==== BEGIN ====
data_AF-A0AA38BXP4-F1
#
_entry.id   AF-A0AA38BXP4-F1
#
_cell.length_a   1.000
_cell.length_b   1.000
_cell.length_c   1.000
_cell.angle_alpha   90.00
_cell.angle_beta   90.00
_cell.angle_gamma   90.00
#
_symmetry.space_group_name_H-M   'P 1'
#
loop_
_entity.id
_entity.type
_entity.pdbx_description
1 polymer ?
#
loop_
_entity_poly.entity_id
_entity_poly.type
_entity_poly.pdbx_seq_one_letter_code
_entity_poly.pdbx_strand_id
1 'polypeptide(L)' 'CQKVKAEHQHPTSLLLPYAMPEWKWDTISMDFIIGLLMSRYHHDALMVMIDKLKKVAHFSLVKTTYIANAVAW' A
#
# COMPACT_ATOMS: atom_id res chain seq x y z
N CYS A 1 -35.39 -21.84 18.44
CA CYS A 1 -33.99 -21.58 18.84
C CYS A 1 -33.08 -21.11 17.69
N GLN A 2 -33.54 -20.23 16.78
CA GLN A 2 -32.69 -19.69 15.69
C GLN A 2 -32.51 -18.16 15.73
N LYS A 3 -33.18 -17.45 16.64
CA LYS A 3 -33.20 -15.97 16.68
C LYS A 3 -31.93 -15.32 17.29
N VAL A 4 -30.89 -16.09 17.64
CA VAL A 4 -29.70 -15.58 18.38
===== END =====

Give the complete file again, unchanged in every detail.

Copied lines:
data_AF-A0AA38BXP4-F1
#
_entry.id   AF-A0AA38BXP4-F1
#
_cell.length_a   1.000
_cell.length_b   1.000
_cell.length_c   1.000
_cell.angle_alpha   90.00
_cell.angle_beta   90.00
_cell.angle_gamma   90.00
#
_symmetry.space_group_name_H-M   'P 1'
#
loop_
_entity.id
_entity.type
_entity.pdbx_description
1 polymer ?
#
loop_
_entity_poly.entity_id
_entity_poly.type
_entity_poly.pdbx_seq_one_letter_code
_entity_poly.pdbx_strand_id
1 'polypeptide(L)' 'CQKVKAEHQHPTSLLLPYAMPEWKWDTISMDFIIGLLMSRYHHDALMVMIDKLKKVAHFSLVKTTYIANAVAW' A
#
# COMPACT_ATOMS: atom_id res chain seq x y z
N CYS A 1 -35.39 -21.84 18.44
CA CYS A 1 -33.99 -21.58 18.84
C CYS A 1 -33.08 -21.11 17.69
N GLN A 2 -33.54 -20.23 16.78
CA GLN A 2 -32.69 -19.69 15.69
C GLN A 2 -32.51 -18.16 15.73
N LYS A 3 -33.18 -17.45 16.64
CA LYS A 3 -33.20 -15.97 16.68
C LYS A 3 -31.93 -15.32 17.29
N VAL A 4 -30.89 -16.09 17.64
CA VAL A 4 -29.70 -15.58 18.38